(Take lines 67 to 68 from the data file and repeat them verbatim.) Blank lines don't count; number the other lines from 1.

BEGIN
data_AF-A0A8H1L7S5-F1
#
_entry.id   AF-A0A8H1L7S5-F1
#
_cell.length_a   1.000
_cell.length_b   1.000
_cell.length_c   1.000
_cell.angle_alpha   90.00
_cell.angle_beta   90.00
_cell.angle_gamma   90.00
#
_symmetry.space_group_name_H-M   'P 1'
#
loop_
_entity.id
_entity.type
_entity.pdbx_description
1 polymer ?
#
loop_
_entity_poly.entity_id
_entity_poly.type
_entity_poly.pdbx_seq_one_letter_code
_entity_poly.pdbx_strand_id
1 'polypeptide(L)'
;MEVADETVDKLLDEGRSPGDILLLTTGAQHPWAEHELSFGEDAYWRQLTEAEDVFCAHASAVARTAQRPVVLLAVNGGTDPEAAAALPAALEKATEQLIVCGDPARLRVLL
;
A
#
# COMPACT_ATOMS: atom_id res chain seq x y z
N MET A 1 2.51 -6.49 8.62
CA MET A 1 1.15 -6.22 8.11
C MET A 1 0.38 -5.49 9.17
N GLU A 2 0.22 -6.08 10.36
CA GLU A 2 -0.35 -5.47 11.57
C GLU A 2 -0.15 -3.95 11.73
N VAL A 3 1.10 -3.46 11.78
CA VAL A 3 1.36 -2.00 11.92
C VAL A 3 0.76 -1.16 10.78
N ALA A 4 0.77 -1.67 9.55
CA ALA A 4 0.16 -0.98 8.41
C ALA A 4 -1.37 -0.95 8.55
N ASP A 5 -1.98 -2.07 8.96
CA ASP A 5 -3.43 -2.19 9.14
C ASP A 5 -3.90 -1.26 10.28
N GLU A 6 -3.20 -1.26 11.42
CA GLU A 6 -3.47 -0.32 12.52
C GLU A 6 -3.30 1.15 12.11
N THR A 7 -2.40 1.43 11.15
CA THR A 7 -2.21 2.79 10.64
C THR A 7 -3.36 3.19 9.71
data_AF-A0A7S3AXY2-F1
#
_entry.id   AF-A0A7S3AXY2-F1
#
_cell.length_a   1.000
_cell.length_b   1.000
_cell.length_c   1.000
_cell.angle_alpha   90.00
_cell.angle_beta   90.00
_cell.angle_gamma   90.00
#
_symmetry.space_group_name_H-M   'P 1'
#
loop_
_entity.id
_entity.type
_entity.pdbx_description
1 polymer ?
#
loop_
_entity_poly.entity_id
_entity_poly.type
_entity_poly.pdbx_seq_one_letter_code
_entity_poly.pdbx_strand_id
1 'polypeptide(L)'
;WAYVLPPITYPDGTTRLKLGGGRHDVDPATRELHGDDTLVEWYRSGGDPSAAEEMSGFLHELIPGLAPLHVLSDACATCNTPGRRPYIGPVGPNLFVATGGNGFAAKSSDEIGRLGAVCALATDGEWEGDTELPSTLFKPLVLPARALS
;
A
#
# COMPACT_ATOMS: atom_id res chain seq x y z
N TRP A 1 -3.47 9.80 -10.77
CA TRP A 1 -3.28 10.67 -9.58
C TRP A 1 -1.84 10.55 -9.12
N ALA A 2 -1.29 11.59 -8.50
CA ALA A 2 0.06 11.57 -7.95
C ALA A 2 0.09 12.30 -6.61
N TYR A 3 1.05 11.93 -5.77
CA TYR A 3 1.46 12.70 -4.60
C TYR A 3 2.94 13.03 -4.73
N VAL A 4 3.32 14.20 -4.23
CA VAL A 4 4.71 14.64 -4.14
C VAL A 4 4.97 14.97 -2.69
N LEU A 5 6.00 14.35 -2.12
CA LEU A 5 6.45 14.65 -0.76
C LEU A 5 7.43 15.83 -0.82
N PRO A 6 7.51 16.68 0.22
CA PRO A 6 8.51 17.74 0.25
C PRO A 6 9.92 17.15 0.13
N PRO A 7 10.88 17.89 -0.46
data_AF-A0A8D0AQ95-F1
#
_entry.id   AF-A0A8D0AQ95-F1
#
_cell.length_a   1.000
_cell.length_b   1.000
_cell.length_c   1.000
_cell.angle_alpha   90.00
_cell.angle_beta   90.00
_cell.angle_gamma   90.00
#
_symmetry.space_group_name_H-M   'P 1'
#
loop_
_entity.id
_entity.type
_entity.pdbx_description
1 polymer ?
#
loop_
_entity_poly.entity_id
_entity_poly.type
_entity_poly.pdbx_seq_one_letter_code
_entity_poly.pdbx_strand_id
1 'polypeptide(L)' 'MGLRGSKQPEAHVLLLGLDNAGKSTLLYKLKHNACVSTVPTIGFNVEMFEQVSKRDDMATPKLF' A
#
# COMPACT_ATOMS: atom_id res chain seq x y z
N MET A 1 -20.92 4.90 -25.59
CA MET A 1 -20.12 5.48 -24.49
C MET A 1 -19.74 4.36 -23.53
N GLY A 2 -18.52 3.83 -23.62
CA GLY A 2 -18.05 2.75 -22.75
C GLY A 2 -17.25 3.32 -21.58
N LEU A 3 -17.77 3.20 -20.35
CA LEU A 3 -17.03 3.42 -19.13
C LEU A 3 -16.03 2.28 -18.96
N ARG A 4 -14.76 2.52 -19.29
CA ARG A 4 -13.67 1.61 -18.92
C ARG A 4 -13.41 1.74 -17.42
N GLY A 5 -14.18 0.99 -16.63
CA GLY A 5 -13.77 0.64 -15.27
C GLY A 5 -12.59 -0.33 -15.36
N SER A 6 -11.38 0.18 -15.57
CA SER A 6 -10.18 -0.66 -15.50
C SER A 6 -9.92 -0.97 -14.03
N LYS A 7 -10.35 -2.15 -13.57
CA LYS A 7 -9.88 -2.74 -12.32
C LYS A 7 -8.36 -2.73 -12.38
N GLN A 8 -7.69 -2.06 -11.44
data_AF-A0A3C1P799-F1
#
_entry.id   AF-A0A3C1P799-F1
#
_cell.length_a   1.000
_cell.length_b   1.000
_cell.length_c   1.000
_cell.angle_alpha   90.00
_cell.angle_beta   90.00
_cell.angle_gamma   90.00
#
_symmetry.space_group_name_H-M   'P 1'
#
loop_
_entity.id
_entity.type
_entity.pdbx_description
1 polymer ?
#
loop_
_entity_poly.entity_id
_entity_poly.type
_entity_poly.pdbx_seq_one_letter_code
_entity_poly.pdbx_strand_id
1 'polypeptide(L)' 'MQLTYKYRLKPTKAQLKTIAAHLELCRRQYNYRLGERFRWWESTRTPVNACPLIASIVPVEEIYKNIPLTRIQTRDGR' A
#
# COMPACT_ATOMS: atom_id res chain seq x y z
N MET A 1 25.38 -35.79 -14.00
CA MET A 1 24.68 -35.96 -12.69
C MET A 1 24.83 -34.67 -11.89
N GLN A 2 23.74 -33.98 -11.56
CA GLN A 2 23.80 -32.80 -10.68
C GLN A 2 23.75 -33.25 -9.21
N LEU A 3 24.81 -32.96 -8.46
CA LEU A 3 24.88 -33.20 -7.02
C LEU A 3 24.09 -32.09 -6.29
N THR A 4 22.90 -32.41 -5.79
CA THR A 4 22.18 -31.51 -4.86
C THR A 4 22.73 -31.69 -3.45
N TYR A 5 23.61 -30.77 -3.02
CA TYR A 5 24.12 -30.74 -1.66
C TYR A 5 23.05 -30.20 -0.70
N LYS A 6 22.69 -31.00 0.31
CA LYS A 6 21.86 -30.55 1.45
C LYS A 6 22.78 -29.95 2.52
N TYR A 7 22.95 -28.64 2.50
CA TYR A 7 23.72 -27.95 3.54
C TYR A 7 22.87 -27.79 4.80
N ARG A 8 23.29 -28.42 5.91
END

_entity.type
_entity.pdbx_description